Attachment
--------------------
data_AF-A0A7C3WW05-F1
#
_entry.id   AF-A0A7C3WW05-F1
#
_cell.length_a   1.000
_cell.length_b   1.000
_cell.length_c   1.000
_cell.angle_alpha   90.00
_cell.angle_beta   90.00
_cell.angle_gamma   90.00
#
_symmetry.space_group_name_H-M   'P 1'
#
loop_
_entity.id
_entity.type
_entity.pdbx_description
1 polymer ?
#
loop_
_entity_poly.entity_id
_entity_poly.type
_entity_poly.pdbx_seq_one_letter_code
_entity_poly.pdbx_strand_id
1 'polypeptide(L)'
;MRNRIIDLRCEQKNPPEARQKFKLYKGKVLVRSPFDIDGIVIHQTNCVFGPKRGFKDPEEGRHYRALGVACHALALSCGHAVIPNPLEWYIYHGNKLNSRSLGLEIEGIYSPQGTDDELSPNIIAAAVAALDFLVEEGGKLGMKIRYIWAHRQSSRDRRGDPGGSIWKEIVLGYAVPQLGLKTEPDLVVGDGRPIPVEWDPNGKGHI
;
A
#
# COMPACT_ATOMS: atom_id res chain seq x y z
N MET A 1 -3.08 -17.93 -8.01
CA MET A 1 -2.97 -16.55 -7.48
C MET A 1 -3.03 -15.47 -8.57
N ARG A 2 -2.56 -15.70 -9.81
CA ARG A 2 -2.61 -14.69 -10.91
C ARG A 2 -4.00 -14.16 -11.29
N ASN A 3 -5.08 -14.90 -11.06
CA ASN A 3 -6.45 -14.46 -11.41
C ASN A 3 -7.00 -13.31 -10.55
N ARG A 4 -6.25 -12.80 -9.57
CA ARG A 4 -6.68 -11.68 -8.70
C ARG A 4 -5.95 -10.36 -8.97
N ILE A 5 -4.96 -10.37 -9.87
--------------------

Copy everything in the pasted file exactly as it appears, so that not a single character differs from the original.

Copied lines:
data_AF-A0A7C3WW05-F1
#
_entry.id   AF-A0A7C3WW05-F1
#
_cell.length_a   1.000
_cell.length_b   1.000
_cell.length_c   1.000
_cell.angle_alpha   90.00
_cell.angle_beta   90.00
_cell.angle_gamma   90.00
#
_symmetry.space_group_name_H-M   'P 1'
#
loop_
_entity.id
_entity.type
_entity.pdbx_description
1 polymer ?
#
loop_
_entity_poly.entity_id
_entity_poly.type
_entity_poly.pdbx_seq_one_letter_code
_entity_poly.pdbx_strand_id
1 'polypeptide(L)'
;MRNRIIDLRCEQKNPPEARQKFKLYKGKVLVRSPFDIDGIVIHQTNCVFGPKRGFKDPEEGRHYRALGVACHALALSCGHAVIPNPLEWYIYHGNKLNSRSLGLEIEGIYSPQGTDDELSPNIIAAAVAALDFLVEEGGKLGMKIRYIWAHRQSSRDRRGDPGGSIWKEIVLGYAVPQLGLKTEPDLVVGDGRPIPVEWDPNGKGHI
;
A
#
# COMPACT_ATOMS: atom_id res chain seq x y z
N MET A 1 -3.08 -17.93 -8.01
CA MET A 1 -2.97 -16.55 -7.48
C MET A 1 -3.03 -15.47 -8.57
N ARG A 2 -2.56 -15.70 -9.81
CA ARG A 2 -2.61 -14.69 -10.91
C ARG A 2 -4.00 -14.16 -11.29
N ASN A 3 -5.08 -14.90 -11.06
CA ASN A 3 -6.45 -14.46 -11.41
C ASN A 3 -7.00 -13.31 -10.55
N ARG A 4 -6.25 -12.80 -9.57
CA ARG A 4 -6.68 -11.68 -8.70
C ARG A 4 -5.95 -10.36 -8.97
N ILE A 5 -4.96 -10.37 -9.87